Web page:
[JURIST] The bench trial of Army Pfc. Bradley Manning [advocacy website; JURIST news archive] started Monday at Forte Meade, Maryland, nearly three years after his initial arrest [JURIST report]. Manning faces a variety of charges related to his release of thousands of classified military documents that were later published on Wikileaks [website]. The most serious charge is that of aiding the enemy, which comes with a life sentence. While Manning's supporters hail him as a political martyr, the prosecution has characterized [AP report] him as a soldier who dumped hundreds of documents onto the internet and into enemy hands.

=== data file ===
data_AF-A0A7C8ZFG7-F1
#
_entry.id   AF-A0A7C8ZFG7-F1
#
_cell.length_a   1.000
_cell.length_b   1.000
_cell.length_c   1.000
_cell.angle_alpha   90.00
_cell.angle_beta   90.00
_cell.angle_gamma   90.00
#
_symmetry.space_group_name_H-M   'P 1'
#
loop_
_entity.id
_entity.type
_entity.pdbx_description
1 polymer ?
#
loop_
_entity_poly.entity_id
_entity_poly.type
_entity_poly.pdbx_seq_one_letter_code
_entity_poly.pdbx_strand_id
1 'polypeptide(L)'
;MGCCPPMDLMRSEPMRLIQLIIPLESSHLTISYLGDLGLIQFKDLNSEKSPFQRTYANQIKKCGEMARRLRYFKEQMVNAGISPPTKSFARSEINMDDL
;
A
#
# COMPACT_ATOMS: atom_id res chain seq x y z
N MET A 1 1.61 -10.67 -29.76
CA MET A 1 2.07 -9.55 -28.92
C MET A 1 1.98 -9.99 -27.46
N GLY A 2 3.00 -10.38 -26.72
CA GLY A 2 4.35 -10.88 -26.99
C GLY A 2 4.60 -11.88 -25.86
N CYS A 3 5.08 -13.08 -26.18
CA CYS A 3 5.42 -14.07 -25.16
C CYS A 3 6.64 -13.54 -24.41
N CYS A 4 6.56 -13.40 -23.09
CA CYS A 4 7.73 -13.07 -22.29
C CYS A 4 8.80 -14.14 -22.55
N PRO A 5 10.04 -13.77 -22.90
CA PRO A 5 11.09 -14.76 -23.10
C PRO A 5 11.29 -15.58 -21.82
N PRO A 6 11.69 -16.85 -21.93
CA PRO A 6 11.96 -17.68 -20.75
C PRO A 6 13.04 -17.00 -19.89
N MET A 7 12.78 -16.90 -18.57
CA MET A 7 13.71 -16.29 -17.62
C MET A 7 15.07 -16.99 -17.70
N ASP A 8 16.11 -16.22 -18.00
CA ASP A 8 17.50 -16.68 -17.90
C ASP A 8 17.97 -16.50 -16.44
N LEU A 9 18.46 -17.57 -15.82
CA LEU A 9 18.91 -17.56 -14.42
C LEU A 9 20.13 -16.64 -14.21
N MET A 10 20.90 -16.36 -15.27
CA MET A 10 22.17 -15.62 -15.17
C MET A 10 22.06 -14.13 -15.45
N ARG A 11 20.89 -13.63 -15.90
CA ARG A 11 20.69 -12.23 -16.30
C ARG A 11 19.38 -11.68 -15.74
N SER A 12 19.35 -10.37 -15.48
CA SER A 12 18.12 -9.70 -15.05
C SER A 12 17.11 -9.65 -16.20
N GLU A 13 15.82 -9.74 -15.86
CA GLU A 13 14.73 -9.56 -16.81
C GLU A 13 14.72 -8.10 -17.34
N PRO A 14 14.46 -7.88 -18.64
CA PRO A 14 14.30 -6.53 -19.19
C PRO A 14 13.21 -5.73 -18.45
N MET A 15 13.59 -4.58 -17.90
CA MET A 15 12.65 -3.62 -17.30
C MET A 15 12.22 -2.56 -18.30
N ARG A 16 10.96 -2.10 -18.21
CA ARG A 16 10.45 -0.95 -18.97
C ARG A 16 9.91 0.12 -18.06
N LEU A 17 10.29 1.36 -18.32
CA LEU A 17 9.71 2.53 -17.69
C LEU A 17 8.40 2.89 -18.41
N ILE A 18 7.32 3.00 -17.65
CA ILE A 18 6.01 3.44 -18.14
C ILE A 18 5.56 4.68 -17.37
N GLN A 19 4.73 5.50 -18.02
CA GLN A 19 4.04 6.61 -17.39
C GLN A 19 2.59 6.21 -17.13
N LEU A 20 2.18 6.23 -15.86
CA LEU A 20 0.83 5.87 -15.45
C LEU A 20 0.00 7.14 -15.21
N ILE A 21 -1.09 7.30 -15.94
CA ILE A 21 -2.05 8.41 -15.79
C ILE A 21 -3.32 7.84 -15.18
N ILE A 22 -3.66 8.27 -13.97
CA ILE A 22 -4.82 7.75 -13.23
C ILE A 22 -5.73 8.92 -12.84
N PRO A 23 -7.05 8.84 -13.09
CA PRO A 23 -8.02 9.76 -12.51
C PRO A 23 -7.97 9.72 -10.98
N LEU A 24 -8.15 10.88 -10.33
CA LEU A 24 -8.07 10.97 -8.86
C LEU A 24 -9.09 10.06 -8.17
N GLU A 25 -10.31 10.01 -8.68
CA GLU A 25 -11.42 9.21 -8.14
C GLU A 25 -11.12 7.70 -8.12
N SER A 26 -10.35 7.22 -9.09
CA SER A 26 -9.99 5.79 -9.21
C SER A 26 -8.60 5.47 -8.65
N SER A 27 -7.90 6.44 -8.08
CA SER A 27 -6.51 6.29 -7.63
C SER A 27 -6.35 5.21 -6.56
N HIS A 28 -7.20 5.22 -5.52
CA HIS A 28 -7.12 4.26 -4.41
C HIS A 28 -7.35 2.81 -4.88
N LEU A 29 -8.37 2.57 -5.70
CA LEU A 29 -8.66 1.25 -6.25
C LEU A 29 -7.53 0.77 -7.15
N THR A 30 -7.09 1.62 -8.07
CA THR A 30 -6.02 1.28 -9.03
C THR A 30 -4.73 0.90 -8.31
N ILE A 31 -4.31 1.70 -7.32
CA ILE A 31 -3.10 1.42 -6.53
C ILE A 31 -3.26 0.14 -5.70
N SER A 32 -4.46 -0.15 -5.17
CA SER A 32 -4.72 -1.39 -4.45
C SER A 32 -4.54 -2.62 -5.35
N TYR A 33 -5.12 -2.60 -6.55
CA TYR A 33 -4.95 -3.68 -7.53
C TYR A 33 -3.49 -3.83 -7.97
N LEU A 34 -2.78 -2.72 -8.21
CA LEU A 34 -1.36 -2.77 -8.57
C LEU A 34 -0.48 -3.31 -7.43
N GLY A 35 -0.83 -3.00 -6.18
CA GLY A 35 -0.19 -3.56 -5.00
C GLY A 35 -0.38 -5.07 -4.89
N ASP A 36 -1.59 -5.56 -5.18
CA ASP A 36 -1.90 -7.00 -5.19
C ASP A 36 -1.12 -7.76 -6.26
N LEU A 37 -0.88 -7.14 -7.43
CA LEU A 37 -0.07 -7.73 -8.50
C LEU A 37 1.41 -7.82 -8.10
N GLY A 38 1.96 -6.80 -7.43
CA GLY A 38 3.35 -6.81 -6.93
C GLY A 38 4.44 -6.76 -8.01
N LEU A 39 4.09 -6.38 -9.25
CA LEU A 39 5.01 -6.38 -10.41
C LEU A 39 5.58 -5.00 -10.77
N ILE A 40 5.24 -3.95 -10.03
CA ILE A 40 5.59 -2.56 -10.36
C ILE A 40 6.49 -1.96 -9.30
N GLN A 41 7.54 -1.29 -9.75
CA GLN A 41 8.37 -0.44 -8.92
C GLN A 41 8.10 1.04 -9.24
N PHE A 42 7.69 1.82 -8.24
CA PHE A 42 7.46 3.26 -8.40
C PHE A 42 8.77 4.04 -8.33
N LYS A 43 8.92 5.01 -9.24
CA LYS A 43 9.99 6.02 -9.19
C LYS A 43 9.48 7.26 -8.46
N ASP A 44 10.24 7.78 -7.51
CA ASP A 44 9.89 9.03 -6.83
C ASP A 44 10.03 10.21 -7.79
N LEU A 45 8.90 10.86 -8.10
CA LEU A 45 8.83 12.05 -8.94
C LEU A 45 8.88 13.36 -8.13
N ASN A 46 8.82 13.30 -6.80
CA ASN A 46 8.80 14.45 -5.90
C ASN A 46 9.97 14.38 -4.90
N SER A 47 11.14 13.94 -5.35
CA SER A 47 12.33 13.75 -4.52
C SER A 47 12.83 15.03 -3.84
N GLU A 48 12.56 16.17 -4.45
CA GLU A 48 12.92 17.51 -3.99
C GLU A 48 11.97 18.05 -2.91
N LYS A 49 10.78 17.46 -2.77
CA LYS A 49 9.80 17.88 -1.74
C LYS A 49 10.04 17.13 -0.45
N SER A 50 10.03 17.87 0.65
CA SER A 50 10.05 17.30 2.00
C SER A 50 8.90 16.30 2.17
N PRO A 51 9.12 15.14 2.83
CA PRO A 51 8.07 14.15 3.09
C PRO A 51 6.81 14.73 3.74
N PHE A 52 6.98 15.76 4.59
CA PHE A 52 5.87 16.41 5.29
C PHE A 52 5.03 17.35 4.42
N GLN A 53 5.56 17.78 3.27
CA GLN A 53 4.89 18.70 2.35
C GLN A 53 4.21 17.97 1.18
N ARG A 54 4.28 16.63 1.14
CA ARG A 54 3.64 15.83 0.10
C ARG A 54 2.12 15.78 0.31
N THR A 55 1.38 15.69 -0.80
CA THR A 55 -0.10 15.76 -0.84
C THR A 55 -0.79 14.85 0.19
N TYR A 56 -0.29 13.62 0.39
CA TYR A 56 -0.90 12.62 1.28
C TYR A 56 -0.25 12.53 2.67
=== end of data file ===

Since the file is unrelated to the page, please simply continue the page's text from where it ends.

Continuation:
This case has been controversial since the arrest of Manning in 2010. In April the US Court of Appeals for the Armed Forces [official website] rejected a request by the Center for Constitutional Rights (CCR) [advocacy website] to have access to court documents from the case. That month the judge raised the burden of proof [JURIST report] so that the state must prove that Manning "knowingly" aided al Qaeda. In February Manning pleaded guilty [JURIST report] to 10 of the 22 charges against him for providing classified materials to Wikileaks. Also in February the judge dismissed [JURIST report] a defense motion arguing that Manning should be released based on a lack of a speedy trial. In January the judge ruled that prosecutors must prove that Manning knew he was aiding the enemy and that the treatment he received while in military custody was illegal and excessive [JURIST reports]. In November the judge accepted [JURIST report] a partial guilty plea to several of the minor charges against Manning. In August JURIST guest columnist Philip Cave argued [JURIST comment] that the lack of transparency in Manning's case undermines the validity of the eventual verdict. In June the judge ordered the prosecution to submit to her a number of files that were allegedly withheld from the defense during discovery. Prior to that, Manning was held in solitary confinement at the Quantico Marine Base [official website] brig for 112 days.